Lacombe-Ponoka Wildrose MLA Ron Orr took the opportunity to make some hay with some area business leaders in a speech during a forum on the Alberta economy hosted by Servus Credit Union at the Calnash Ag Event Centre on Wednesday, June 8.
Orr didn’t go into much detail about either the present economic climate or the Wildrose’s plans to build up the provincial economy and improve the lot of those that live here, though he did reference all of their plans are outlined in documents available on their website (www.wildrose.ca).
His focus stayed mostly on how things have changed in the past year and how a difficult situation has been compounded by the political risk taken by the current NDP government.
“There has been a change in realities and it may be more serious now than back in the 1980s with the tax changes and government policy. It’s our position that this makes Alberta worse off than better right now,” he said.
“Our plan is to build a stronger Alberta. We share the feeling that a strong Alberta means a strong Canada and that what happens locally affects the province and the country.”
He added that these economic times are having a serious effect on small business and that instituting the carbon tax is a huge risk for the province.
“What it does is really offsets the small business tax reduction that was introduced. One can’t argue with the positive intent of the legislation – clean air, a healthy place to live and the need to take action,” Orr stated.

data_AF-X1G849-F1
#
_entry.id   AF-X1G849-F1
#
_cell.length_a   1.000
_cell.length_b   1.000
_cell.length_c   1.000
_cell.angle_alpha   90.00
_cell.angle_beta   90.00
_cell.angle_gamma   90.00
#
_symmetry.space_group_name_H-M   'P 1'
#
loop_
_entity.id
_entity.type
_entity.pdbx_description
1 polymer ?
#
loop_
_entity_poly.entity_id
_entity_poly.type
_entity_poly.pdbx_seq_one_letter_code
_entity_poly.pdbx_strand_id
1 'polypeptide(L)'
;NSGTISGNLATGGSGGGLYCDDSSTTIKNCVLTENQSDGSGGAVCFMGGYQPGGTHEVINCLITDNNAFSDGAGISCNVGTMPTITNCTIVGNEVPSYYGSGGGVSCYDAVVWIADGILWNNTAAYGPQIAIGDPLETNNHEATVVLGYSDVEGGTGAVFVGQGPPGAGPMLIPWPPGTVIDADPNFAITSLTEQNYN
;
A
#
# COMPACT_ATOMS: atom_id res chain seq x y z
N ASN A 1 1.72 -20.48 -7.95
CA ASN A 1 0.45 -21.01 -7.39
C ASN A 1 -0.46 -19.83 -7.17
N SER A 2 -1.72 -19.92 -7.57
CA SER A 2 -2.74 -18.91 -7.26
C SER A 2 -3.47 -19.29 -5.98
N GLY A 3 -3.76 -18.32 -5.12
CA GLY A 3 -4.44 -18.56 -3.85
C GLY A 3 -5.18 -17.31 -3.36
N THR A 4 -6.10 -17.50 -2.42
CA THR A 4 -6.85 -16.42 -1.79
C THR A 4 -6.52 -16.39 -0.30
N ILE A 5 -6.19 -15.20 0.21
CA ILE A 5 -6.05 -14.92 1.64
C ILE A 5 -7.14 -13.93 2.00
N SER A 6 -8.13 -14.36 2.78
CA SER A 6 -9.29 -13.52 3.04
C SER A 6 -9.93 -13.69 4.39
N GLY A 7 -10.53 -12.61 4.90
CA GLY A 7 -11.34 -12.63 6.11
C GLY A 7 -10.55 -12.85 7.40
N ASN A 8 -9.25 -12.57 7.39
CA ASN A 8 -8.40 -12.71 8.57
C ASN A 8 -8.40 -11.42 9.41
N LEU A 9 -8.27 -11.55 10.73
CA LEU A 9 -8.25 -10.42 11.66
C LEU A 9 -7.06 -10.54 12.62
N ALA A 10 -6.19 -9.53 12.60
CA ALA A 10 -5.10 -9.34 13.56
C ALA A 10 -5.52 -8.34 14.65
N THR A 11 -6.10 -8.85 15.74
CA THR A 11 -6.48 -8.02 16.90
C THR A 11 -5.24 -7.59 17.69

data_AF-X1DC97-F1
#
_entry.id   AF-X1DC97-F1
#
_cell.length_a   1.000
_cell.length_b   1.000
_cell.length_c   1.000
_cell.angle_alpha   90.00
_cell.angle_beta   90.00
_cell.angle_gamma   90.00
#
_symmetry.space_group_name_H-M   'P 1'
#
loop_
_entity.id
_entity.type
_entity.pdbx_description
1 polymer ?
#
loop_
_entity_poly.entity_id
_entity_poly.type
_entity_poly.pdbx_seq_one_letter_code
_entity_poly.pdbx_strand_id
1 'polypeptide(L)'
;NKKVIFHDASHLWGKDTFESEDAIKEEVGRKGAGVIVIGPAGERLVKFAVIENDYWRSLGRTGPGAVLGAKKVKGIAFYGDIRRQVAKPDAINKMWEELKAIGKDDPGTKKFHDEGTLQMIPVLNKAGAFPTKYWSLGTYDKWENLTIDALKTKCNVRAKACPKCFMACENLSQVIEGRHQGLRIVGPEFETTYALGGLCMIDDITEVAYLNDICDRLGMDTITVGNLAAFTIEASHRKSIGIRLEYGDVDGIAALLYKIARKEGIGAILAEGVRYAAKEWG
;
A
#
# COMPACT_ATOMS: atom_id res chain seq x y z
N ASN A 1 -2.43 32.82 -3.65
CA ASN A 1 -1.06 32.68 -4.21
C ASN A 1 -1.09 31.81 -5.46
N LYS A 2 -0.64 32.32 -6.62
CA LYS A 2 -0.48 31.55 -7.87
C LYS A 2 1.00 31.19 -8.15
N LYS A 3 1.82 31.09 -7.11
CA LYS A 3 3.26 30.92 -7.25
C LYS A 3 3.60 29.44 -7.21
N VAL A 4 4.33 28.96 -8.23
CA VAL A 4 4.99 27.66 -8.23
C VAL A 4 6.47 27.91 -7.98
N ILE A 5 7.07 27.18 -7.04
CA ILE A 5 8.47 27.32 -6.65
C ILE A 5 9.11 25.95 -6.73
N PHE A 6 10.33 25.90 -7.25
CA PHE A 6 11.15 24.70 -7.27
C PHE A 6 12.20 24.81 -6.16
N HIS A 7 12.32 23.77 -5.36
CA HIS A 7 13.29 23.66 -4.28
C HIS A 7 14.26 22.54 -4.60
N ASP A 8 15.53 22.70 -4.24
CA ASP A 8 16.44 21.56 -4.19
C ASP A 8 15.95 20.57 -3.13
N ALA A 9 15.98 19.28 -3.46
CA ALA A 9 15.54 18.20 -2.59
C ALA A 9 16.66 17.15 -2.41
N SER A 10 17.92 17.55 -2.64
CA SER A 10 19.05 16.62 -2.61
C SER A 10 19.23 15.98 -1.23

“But we need to be careful to mitigate the impacts on our economy. By not addressing it effectively, we add negative effects and unintended consequences that place a burden on business and residents at a bad time. It also damages our competitiveness.”
As an example, Orr cited a baker than makes a loaf of bread that currently costs $2 will see that same loaf cost $3.60 to produce as the ripple effect of the carbon tax adding to the expenses of natural gas along with the increased fuel and resulting transportation costs to ship ingredients and other products.
“The government really should have assessed all of that, because it’s all going to be passed along down the line and these business costs are just tip of the iceberg,” Orr added.
Toss in the movement toward full implementation of the $15 per hour minimum wage and Orr believes businesses who are worried now are really going to feel it, just as many in the general public will also.
“What we needed is evidence-based policy, not just an idea.”
Orr also referenced the latest NDP budget, which the Wildrose feels has too much spending.
“A big deficit or huge cuts – those were not the only options the NDP had. We felt there was a plausible middle ground that can ensure sustainability and maintain our front line services through better government and priority spending along with attrition and a hiring freeze,” he said.
“That kind of a budget would bring more investment into the province and that puts more money in everyone’s pockets and is better for all,” he stated.
Orr also said the federal government is to blame as well for the situation as the delays in approving the three pipelines from Alberta plus the regulations tied to the industry have made it harder to do business in and with Alberta.